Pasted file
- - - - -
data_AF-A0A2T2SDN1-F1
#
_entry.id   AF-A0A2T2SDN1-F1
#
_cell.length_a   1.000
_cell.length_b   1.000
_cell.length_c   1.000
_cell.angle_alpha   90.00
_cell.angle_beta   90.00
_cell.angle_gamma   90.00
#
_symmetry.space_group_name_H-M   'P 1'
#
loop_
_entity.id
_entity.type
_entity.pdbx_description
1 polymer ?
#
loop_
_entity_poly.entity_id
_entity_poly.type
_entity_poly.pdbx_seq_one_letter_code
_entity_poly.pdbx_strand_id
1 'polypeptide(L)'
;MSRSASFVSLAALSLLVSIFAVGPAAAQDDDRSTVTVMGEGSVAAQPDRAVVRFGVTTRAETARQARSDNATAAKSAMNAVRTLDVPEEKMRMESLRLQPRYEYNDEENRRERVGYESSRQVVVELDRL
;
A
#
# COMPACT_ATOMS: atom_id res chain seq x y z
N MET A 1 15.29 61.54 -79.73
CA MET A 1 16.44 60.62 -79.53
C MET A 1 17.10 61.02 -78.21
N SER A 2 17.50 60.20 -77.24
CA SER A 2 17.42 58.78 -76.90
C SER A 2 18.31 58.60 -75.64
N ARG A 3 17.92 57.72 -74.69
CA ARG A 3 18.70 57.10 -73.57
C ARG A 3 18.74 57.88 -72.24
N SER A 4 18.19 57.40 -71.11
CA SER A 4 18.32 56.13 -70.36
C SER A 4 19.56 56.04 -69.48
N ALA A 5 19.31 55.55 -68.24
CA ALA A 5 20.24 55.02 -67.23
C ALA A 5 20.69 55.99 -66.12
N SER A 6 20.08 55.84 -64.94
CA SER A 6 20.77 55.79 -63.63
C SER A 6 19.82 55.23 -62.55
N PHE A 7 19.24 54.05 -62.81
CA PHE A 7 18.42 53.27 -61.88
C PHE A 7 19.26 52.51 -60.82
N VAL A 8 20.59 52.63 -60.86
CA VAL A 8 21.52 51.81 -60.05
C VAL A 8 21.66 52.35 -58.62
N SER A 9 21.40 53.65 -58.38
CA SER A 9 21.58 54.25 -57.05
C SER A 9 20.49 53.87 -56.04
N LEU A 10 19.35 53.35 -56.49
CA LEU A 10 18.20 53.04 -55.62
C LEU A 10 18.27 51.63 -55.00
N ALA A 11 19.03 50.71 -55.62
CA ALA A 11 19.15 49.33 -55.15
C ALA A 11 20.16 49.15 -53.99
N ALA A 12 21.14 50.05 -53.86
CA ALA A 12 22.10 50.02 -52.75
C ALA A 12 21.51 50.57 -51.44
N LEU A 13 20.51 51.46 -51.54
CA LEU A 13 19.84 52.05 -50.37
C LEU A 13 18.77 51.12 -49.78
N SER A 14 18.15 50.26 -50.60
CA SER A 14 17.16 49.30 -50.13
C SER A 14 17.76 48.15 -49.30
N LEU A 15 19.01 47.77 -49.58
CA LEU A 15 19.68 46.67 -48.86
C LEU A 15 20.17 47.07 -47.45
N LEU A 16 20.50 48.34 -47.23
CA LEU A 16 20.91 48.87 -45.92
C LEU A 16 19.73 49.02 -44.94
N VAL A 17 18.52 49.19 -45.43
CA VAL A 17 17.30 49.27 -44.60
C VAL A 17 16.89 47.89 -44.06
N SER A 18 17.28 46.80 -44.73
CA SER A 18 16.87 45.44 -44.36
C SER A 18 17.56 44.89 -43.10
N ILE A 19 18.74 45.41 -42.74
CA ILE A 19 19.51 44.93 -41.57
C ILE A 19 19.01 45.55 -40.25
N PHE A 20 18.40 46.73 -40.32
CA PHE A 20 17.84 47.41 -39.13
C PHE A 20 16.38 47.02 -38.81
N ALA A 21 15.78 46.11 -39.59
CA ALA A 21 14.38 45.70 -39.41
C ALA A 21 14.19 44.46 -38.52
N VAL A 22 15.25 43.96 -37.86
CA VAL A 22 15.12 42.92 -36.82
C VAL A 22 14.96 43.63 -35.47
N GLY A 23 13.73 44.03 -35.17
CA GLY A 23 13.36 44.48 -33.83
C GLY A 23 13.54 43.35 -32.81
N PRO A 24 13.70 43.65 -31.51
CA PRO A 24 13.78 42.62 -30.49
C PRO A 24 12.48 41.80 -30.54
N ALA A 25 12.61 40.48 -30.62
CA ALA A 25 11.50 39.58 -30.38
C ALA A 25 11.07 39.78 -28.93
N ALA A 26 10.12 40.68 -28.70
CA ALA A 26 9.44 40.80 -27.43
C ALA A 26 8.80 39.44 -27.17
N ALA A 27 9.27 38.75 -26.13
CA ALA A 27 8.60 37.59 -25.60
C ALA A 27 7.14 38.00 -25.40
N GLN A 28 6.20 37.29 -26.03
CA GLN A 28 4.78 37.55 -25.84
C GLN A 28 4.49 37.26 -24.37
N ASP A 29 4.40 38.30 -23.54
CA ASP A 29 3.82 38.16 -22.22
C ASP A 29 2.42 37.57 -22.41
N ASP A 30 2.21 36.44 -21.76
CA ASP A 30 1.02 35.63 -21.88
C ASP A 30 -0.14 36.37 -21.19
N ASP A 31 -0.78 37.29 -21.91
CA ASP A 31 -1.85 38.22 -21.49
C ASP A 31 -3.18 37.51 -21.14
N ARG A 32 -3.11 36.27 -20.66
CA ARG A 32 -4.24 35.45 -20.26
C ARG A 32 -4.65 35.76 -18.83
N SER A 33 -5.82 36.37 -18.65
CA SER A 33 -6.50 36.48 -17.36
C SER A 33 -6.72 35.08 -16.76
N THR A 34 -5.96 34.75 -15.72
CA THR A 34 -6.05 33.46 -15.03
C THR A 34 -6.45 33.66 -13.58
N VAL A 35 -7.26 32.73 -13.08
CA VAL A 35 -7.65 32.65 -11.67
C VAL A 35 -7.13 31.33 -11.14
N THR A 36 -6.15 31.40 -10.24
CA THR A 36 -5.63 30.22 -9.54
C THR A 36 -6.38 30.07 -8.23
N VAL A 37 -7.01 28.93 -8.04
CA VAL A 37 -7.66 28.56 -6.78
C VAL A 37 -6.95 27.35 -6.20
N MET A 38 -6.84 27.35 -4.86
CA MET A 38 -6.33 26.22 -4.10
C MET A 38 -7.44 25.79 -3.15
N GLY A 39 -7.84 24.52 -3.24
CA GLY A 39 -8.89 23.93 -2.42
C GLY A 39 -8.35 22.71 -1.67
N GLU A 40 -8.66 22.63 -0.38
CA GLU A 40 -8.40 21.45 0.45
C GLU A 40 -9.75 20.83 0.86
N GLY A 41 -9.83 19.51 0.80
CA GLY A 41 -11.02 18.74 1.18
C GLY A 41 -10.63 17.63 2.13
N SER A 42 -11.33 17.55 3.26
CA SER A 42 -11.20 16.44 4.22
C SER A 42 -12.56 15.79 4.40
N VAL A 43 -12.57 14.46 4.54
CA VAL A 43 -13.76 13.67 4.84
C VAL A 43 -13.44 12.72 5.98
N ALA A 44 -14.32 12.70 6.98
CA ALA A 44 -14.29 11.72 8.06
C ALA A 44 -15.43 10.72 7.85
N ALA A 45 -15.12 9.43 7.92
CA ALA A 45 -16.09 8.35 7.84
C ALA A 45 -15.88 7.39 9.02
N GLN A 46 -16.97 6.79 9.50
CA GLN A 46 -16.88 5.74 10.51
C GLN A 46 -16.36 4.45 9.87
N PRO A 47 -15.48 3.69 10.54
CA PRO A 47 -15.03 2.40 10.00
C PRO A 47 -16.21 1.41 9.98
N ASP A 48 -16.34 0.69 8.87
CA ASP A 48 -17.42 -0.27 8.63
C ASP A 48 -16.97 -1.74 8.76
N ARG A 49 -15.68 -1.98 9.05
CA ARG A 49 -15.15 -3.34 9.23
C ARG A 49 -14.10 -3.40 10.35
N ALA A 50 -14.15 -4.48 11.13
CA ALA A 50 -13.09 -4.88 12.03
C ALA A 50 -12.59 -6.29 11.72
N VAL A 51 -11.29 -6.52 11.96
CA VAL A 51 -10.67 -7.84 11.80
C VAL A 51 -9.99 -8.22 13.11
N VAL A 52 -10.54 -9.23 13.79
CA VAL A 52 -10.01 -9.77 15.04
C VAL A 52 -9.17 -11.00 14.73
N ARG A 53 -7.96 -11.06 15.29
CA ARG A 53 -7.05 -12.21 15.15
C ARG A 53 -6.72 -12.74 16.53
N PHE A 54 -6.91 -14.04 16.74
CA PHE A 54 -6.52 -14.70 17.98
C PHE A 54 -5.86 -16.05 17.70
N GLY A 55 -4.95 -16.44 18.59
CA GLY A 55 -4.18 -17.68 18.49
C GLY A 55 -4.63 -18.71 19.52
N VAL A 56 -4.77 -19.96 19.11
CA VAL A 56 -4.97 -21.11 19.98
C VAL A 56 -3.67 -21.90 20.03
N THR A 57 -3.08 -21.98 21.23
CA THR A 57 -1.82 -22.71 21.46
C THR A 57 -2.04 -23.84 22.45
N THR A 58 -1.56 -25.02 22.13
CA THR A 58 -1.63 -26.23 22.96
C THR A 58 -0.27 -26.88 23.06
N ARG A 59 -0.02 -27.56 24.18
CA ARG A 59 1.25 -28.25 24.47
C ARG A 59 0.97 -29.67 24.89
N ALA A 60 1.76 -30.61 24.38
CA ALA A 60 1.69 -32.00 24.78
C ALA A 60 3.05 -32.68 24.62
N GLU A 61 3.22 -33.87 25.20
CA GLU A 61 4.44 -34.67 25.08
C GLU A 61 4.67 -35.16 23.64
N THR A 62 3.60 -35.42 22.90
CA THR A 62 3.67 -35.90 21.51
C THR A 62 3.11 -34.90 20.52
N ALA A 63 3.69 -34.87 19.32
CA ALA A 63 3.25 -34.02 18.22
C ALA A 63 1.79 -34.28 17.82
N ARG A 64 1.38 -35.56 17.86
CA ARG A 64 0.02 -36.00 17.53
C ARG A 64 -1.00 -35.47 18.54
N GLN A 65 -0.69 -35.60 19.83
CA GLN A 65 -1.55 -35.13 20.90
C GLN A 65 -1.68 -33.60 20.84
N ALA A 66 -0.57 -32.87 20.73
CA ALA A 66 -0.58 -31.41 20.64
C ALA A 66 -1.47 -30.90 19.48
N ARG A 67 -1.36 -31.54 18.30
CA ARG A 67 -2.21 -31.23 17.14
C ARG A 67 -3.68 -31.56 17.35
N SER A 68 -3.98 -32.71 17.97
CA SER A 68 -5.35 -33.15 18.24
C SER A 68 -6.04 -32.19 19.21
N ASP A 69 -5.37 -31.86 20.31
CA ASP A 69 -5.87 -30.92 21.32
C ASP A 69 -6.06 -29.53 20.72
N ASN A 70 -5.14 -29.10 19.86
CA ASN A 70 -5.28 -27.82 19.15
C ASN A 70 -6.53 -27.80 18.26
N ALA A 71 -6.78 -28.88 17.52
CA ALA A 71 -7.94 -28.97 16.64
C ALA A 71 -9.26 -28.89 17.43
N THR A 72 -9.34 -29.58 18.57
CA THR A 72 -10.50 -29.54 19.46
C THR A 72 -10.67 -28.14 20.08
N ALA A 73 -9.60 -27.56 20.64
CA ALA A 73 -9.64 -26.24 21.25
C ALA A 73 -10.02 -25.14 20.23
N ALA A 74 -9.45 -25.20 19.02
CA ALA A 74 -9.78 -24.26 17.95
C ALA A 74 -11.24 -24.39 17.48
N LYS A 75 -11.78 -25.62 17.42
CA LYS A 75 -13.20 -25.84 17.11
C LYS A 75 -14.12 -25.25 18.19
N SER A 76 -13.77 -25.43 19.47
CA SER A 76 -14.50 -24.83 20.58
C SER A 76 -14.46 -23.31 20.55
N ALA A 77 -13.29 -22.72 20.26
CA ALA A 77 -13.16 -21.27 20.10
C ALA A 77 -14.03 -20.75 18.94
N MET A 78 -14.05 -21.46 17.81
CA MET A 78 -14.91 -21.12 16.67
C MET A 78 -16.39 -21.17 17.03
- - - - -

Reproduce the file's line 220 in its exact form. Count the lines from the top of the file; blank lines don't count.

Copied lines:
N ARG A 64 1.38 -35.56 17.86